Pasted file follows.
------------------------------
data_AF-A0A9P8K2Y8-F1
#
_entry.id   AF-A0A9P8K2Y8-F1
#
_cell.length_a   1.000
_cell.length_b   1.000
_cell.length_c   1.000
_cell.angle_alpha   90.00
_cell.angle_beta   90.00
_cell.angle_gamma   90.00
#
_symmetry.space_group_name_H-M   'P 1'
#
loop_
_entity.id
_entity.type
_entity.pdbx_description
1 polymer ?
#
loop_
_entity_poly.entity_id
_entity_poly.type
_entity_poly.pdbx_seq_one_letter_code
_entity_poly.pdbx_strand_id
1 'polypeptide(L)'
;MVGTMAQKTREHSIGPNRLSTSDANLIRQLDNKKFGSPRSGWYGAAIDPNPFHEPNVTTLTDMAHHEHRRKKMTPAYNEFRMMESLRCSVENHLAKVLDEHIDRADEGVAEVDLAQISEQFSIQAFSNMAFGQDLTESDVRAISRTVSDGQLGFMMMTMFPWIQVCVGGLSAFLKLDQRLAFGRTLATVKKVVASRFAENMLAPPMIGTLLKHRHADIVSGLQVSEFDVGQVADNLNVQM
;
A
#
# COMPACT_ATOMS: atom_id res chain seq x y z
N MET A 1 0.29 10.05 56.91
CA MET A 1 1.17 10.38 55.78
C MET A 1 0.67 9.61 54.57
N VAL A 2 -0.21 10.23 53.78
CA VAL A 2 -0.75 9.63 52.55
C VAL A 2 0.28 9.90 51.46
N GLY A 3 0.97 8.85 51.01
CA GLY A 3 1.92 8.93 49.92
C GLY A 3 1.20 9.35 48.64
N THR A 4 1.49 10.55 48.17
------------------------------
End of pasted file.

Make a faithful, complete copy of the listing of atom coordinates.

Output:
data_AF-A0A9P8K2Y8-F1
#
_entry.id   AF-A0A9P8K2Y8-F1
#
_cell.length_a   1.000
_cell.length_b   1.000
_cell.length_c   1.000
_cell.angle_alpha   90.00
_cell.angle_beta   90.00
_cell.angle_gamma   90.00
#
_symmetry.space_group_name_H-M   'P 1'
#
loop_
_entity.id
_entity.type
_entity.pdbx_description
1 polymer ?
#
loop_
_entity_poly.entity_id
_entity_poly.type
_entity_poly.pdbx_seq_one_letter_code
_entity_poly.pdbx_strand_id
1 'polypeptide(L)'
;MVGTMAQKTREHSIGPNRLSTSDANLIRQLDNKKFGSPRSGWYGAAIDPNPFHEPNVTTLTDMAHHEHRRKKMTPAYNEFRMMESLRCSVENHLAKVLDEHIDRADEGVAEVDLAQISEQFSIQAFSNMAFGQDLTESDVRAISRTVSDGQLGFMMMTMFPWIQVCVGGLSAFLKLDQRLAFGRTLATVKKVVASRFAENMLAPPMIGTLLKHRHADIVSGLQVSEFDVGQVADNLNVQM
;
A
#
# COMPACT_ATOMS: atom_id res chain seq x y z
N MET A 1 0.29 10.05 56.91
CA MET A 1 1.17 10.38 55.78
C MET A 1 0.67 9.61 54.57
N VAL A 2 -0.21 10.23 53.78
CA VAL A 2 -0.75 9.63 52.55
C VAL A 2 0.28 9.90 51.46
N GLY A 3 0.97 8.85 51.01
CA GLY A 3 1.92 8.93 49.92
C GLY A 3 1.20 9.35 48.64
N THR A 4 1.49 10.55 48.17